On a personal note I don't tend to put internal dialogue or thoughts in quotation marks or italics. Again I find it distracting. I have been writing a lot of dialogue from the end of the Second World War and I have had to make sure that contemporary phrases don't slip in. If they did it would mean the whole narrative would lose credibility for the reader I believe. It just wouldn't feel real. Something to bear in mind when writing historical fiction or even fiction that is set a few years ago. Think about what might or might not be said. Make sure you do your research.

Try and practice writing dialogue. Take a couple of your characters out of your novel and put them in situations and write dialogue for them just to see how they would react, what would they say. One thing to avoid when writing dialogue is the 'talking heads' scenario. Watch people having conversations. They never just talk. People are always doing things at the same time. You need to convey this too to make it feel real and to break up blocks of dialogue.  When you have written it read it out loud so you can hear it. Does it sound real? Dialogue should be short and sharp unless there is a good reason for a character to be verbose.

There we go some thoughts on dialogue. I hope they are useful. Today is the winter solstice. The shortest day. What a relief we are heading towards spring again and the light and sunshine. It has been a tough time for many reasons and I need to thank a lot of people who have supported people. They know who they are.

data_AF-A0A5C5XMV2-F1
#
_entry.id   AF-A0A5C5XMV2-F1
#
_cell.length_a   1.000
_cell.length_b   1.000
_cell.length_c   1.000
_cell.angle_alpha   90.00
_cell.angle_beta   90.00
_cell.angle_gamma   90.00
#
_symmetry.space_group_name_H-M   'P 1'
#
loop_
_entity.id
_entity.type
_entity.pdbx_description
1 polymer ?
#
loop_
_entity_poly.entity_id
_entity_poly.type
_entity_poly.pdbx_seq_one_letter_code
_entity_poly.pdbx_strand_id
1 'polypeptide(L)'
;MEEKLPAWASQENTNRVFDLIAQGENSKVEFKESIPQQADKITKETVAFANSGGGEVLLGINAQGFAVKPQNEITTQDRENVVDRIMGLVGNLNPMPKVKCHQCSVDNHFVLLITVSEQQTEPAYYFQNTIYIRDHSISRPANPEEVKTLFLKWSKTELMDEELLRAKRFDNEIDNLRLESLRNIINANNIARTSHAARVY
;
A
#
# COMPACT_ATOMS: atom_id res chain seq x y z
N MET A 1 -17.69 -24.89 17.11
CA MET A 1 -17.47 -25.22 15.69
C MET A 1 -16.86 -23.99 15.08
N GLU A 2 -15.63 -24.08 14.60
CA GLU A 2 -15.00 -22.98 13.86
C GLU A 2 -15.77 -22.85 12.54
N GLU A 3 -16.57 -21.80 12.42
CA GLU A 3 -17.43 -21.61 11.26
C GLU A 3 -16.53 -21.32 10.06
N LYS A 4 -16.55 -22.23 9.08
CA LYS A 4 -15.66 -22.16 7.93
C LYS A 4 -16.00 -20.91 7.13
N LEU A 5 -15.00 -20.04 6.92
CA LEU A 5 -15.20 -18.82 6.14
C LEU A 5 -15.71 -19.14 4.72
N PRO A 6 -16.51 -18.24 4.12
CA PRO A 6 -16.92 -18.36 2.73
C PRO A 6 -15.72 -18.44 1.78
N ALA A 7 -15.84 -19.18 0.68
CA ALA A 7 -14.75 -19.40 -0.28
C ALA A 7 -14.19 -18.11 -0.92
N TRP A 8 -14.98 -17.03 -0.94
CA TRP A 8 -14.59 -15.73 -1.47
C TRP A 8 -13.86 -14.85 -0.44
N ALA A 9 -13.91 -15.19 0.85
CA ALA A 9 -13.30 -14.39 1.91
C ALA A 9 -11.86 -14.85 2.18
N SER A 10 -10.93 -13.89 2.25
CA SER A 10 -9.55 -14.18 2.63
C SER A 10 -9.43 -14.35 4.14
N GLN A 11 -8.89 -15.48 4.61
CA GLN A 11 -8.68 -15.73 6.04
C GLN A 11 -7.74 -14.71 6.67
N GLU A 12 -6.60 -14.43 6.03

This song is for no other reasons than it has some very happy memories connected to it and because I am looking to the future now.

Sunday 14 December 2014

Make every word count

Writing is a long and sometimes lonely journey
When giving feedback this is something I often talk about.  Making every word count and ensuring that each word moves the story forward. It sounds easy doesn't it but it can be a little difficult and easy to forget when you get wrapped up in your story telling and the sound of your own voice. We all do it particularly in that first draft when we get excited about our subject. I personally killed three chapters out of my latest WIP. They were great but they did nothing for the story. They were fabulous if you wanted to know about horses though!